@ Stephen Cowdery: The only camera company with five interchangeable lens mounts
Actually, there have been seven, though only five are a practical option. In order of flange distance they are:
Q
Auto 110
M37 (Asahiflex)
M42
K
645
67
The Q mount is only 9.2mm from the sensor plane, and I think it's the shortest distance of all mounts by anyone, so no infinity focus. M37 lenses are probably a bit hard to come by these days. Neither are practical, but as you say, all the others can be used on other cameras.

I went to the birthday celebrations at the SRS camera shop in Watford, England. Since I had unwisely said that I was going, to the USA Pentax Forum, I was "volunteered" to bring back a report and pictures. Here it is, on their forum:
https://www.pentaxforums.com/forums/16-pentax-news-rumors/398099-hundred-years-pentax-england.html

The only bad thing about the 645z is that it was very slow to come to market. I had a Pentax 67 with several lenses that I hoped to use with it before gradually buying native lenses and I was waiting and waiting and waiting for the 645z which was promised by Pentax and promised and then delayed again. By the time it actually came, I had switched to Hasselblad.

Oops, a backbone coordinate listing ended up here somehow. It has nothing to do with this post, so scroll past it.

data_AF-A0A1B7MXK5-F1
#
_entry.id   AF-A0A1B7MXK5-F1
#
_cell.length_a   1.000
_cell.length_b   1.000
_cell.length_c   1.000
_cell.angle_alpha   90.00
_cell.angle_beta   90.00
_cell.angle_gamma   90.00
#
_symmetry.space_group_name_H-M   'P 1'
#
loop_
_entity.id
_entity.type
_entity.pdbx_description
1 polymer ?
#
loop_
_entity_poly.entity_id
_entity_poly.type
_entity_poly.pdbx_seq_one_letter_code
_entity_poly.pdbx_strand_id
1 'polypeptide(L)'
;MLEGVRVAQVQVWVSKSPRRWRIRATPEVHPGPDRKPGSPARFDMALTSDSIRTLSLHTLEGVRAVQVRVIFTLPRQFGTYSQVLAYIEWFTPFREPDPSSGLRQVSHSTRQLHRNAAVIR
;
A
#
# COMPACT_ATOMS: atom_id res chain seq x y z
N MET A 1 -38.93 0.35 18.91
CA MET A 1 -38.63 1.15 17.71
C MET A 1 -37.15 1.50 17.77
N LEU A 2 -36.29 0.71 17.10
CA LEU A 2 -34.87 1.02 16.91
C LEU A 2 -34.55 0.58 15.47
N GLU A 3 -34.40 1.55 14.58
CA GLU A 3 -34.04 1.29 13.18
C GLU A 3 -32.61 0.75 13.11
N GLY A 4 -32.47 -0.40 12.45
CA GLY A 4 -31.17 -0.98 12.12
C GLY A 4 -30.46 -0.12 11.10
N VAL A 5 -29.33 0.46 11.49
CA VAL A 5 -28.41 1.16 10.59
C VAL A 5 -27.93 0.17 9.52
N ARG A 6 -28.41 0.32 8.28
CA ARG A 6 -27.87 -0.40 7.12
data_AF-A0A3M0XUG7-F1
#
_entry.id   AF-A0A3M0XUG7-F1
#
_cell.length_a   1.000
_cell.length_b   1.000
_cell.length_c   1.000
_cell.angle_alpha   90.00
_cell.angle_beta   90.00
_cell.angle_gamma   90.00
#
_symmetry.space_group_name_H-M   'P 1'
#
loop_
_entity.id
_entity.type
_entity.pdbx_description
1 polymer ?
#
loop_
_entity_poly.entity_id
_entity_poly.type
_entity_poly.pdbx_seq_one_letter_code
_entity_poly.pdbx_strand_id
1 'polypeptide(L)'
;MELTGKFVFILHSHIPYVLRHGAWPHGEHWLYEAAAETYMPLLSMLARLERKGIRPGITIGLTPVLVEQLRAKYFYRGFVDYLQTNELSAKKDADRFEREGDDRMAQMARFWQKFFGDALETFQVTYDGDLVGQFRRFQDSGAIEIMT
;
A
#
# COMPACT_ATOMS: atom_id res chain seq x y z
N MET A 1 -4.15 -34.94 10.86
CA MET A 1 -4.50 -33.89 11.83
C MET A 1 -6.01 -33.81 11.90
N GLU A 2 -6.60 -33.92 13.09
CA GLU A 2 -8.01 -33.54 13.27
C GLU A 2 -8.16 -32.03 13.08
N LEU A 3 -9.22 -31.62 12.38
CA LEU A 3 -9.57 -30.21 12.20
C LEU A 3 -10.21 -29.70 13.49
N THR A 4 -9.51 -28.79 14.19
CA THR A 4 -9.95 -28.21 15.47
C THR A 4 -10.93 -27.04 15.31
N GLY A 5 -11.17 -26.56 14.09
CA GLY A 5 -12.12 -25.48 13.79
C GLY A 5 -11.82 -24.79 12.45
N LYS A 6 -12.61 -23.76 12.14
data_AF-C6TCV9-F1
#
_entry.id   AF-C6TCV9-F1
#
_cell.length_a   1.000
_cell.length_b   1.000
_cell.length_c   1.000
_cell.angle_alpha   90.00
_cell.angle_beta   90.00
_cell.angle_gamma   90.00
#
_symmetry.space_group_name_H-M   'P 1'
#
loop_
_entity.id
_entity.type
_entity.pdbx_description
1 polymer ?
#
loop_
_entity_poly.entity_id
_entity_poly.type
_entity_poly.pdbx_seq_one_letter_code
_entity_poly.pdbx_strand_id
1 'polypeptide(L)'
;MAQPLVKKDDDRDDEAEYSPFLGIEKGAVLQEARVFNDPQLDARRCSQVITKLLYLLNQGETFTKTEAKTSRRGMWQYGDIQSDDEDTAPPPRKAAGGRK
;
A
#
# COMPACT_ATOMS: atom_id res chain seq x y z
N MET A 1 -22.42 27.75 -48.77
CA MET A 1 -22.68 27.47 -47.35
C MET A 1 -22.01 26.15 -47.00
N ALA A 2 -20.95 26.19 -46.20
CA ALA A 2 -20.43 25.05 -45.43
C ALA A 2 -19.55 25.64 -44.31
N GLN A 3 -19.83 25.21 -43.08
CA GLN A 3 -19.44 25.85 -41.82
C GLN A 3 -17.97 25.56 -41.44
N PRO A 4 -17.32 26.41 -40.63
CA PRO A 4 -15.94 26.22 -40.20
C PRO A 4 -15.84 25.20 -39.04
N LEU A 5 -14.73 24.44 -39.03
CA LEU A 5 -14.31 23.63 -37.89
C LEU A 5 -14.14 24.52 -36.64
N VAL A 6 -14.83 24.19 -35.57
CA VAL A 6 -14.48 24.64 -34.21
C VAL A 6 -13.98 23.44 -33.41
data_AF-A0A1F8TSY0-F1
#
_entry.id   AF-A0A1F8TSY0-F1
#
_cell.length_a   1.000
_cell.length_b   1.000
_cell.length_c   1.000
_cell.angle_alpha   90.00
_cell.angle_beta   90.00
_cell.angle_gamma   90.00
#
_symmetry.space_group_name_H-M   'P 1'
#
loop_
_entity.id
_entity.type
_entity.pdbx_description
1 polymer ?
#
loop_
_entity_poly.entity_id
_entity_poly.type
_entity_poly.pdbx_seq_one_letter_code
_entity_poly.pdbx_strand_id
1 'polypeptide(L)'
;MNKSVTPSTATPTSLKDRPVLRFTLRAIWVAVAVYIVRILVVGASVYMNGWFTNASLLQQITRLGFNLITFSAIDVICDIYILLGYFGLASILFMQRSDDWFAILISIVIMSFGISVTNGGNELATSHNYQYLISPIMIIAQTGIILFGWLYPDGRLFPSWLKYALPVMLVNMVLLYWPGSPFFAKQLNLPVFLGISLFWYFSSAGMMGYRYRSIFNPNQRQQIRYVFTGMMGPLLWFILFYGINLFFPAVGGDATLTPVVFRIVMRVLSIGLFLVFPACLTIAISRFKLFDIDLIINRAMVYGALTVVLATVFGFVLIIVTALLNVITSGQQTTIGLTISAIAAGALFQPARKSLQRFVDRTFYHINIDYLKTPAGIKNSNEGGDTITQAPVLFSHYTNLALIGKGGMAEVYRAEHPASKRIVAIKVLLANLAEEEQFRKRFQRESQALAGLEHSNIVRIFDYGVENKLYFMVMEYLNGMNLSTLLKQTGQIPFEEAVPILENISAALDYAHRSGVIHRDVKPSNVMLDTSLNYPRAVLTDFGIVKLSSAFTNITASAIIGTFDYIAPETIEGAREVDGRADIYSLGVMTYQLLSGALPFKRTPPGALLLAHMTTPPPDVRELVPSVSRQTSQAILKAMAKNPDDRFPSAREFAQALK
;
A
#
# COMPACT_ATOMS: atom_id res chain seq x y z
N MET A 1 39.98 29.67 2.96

Hi Mike,

As we note the 100th anniversary of the founding of Asahi Optical, it is fitting to celebrate their achievement, not just in camera design and production, but also in creating the Takumar line of lenses, which first put Asahi on the international map alongside Carl Zeiss and other great photographic companies.

Taks are justly famous for their outstandingly smooth out of focus areas, and rank alongside Zeiss lenses as go-to lenses today for those interested in trying them out on modern digital SLRs and mirrorless cameras with an adapter.

Great to see what images these classic film-era creations can capture in the digital arena, and the fact that they have a bit of a different look than pics from modern lenses is part of their appeal.

Thanks,
Jeff Clevenger

One of the lovely aspects of the new Fuji medium format cameras is the attendant price drop on mint used 645Z equipment. I agree with Tex here. After I commented earlier, I had an hour with our museum’s impatient director to shoot new portraits in four different locations around the building. One soft LED source traveled with us and the results at isos between 1600 and 3200 were just splendid.

Some might go further: …"the calm, easygoing, phlegmatic disposition that seems to be" a necessary "characteristic of Pentaxians".

Is it true though? I've been with Pentax since 1980; and I would strongly resemble such a remark.

When I started dating my then girlfriend (now happily wife), my first significant present to her was an all-manual Pentax P30 with a 28/80 lens. We made many shots with it and some people from the family realized it was a good combo since it made great pictures, and even asked it to be loaned for a while.